Sivrioğlu intends to include a modern, elevated version of the halka tatlisi in the dessert menu of his newly opened Istanbul restaurant, Efendy. “Our goal is to take this common street dessert and bring it to restaurant level,” said Sivrioğlu, who is known for challenging preconceptions about Turkish cuisine.
also judge on MasterChef TurkeySivrioğlu gave contestants a halka tatlisi challenge a few years ago when he asked them to recreate the street food favourite.
“Shooting the challenge was a lot of fun because although it looks like a simple dessert, the halka tatlisi is actually quite difficult to pull off. The oil temperature needs to be just right to create the crunch on the outside and the smooth inside – which turned out terrible for the contestants, but great TV for us,” he joked.
The new version of Sivrioğlu, which uses pistachio flour from eastern Turkey in addition to traditional semolina, is soaked in sorbet water (a popular drink from the time of the Ottoman Empire based on fruit, sugar and water) and delicately dressed with dulche de leche. It’s topped with crushed pistachios, a pinch of sea salt from the seaside town of Ayvalik, and a dollop of goat’s milk ice cream.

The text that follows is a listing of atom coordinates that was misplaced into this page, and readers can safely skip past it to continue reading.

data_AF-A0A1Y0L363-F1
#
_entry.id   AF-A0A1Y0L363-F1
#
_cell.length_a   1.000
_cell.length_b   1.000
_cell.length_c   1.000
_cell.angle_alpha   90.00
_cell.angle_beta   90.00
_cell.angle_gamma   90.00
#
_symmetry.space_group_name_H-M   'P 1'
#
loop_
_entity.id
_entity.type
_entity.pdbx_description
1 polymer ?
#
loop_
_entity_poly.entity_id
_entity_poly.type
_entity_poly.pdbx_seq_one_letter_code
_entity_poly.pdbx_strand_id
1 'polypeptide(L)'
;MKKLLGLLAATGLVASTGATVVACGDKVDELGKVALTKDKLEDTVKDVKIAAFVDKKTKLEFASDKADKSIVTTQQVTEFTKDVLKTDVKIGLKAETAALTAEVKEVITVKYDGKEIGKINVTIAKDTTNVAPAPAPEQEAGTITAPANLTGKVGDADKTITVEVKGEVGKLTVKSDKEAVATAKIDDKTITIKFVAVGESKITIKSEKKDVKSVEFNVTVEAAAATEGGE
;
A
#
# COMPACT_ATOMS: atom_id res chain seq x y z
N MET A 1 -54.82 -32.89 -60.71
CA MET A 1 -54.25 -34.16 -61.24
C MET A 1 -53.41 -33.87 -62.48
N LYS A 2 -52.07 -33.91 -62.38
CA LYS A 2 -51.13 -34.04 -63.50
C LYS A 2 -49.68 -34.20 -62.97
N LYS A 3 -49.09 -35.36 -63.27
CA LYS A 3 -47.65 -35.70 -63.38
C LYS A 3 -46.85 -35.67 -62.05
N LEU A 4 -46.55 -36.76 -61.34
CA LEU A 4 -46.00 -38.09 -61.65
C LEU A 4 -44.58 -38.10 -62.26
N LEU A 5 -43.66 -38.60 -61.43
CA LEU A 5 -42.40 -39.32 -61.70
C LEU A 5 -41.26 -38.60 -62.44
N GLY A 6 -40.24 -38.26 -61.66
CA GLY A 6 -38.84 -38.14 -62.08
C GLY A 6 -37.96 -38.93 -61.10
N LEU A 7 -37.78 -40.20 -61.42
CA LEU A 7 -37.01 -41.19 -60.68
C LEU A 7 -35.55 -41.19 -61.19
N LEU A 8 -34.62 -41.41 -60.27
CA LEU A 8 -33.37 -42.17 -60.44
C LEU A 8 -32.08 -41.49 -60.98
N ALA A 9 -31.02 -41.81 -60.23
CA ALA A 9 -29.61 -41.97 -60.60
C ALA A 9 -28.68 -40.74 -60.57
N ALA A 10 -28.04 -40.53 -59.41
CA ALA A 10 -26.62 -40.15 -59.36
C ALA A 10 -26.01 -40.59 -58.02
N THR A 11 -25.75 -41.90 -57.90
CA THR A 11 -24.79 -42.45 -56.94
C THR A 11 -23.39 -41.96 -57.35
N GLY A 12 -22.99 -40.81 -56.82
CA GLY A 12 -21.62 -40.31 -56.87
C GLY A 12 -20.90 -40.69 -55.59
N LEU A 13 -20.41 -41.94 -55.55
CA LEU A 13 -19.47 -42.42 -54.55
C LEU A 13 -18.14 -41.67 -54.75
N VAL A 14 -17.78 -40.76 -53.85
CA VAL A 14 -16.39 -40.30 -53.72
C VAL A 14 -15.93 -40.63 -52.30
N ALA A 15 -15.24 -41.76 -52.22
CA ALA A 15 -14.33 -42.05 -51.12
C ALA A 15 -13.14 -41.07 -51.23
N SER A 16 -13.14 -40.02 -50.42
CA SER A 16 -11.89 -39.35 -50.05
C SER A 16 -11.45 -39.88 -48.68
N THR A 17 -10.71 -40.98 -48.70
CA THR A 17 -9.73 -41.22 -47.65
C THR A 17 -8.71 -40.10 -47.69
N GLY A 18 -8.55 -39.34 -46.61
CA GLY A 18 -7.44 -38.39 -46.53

In the affluent neighborhood of Etiler, amid dim lighting, polished wine glasses and sophisticated guests, this sleek take on Istanbul’s infamous “brothel dessert” was a far cry from the city’s alleyways where I came for the first time looking for the candy. Instructed to eat hot, I brought a delicate morsel to my mouth. As the initial crunch gave way to a creamy, velvety sweetness, an explosion of sweet delight ensued as the sherbet water trickled down my throat. Wickedly good, it was easy to see how this decadent dessert has survived the centuries, pleasing everyone from “sinners” to sultans.
Culinary roots is a BBC Travel series that connects to rare, local foods woven into the heritage of a place.
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